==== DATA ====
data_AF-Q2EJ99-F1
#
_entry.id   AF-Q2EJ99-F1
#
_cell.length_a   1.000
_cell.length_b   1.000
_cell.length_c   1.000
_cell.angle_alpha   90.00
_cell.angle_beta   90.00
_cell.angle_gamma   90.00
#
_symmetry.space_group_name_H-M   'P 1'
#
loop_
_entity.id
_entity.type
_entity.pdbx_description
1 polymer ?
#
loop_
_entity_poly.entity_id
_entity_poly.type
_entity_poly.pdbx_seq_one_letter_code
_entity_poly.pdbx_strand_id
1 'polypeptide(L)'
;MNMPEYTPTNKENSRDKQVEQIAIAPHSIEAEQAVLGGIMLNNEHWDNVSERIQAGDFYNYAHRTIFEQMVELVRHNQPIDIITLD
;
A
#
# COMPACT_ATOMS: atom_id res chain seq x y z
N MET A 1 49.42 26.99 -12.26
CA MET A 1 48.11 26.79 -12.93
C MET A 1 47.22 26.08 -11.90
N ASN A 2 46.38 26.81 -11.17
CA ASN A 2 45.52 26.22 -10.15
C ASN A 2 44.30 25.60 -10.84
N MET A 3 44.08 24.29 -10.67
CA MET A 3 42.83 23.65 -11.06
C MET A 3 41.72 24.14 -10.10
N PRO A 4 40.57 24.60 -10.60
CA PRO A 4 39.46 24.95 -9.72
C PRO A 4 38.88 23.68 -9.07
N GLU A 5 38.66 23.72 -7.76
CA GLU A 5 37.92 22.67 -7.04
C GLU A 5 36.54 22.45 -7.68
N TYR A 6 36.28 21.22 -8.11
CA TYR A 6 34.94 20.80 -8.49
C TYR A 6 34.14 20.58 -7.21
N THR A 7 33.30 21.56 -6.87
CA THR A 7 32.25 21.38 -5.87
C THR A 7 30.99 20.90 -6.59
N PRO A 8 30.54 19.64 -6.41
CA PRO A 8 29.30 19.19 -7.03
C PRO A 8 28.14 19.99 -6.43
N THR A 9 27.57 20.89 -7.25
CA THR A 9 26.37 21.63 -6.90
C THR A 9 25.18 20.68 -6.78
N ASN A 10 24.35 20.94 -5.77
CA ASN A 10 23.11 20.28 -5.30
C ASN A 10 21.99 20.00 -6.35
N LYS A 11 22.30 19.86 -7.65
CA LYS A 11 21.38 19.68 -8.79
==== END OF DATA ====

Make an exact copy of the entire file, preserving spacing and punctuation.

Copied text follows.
data_AF-Q2EJ99-F1
#
_entry.id   AF-Q2EJ99-F1
#
_cell.length_a   1.000
_cell.length_b   1.000
_cell.length_c   1.000
_cell.angle_alpha   90.00
_cell.angle_beta   90.00
_cell.angle_gamma   90.00
#
_symmetry.space_group_name_H-M   'P 1'
#
loop_
_entity.id
_entity.type
_entity.pdbx_description
1 polymer ?
#
loop_
_entity_poly.entity_id
_entity_poly.type
_entity_poly.pdbx_seq_one_letter_code
_entity_poly.pdbx_strand_id
1 'polypeptide(L)'
;MNMPEYTPTNKENSRDKQVEQIAIAPHSIEAEQAVLGGIMLNNEHWDNVSERIQAGDFYNYAHRTIFEQMVELVRHNQPIDIITLD
;
A
#
# COMPACT_ATOMS: atom_id res chain seq x y z
N MET A 1 49.42 26.99 -12.26
CA MET A 1 48.11 26.79 -12.93
C MET A 1 47.22 26.08 -11.90
N ASN A 2 46.38 26.81 -11.17
CA ASN A 2 45.52 26.22 -10.15
C ASN A 2 44.30 25.60 -10.84
N MET A 3 44.08 24.29 -10.67
CA MET A 3 42.83 23.65 -11.06
C MET A 3 41.72 24.14 -10.10
N PRO A 4 40.57 24.60 -10.60
CA PRO A 4 39.46 24.95 -9.72
C PRO A 4 38.88 23.68 -9.07
N GLU A 5 38.66 23.72 -7.76
CA GLU A 5 37.92 22.67 -7.04
C GLU A 5 36.54 22.45 -7.68
N TYR A 6 36.28 21.22 -8.11
CA TYR A 6 34.94 20.80 -8.49
C TYR A 6 34.14 20.58 -7.21
N THR A 7 33.30 21.56 -6.87
CA THR A 7 32.25 21.38 -5.87
C THR A 7 30.99 20.90 -6.59
N PRO A 8 30.54 19.64 -6.41
CA PRO A 8 29.30 19.19 -7.03
C PRO A 8 28.14 19.99 -6.43
N THR A 9 27.57 20.89 -7.25
CA THR A 9 26.37 21.63 -6.90
C THR A 9 25.18 20.68 -6.78
N ASN A 10 24.35 20.94 -5.77
CA ASN A 10 23.11 20.28 -5.30
C ASN A 10 21.99 20.00 -6.35
N LYS A 11 22.30 19.86 -7.65
CA LYS A 11 21.38 19.68 -8.79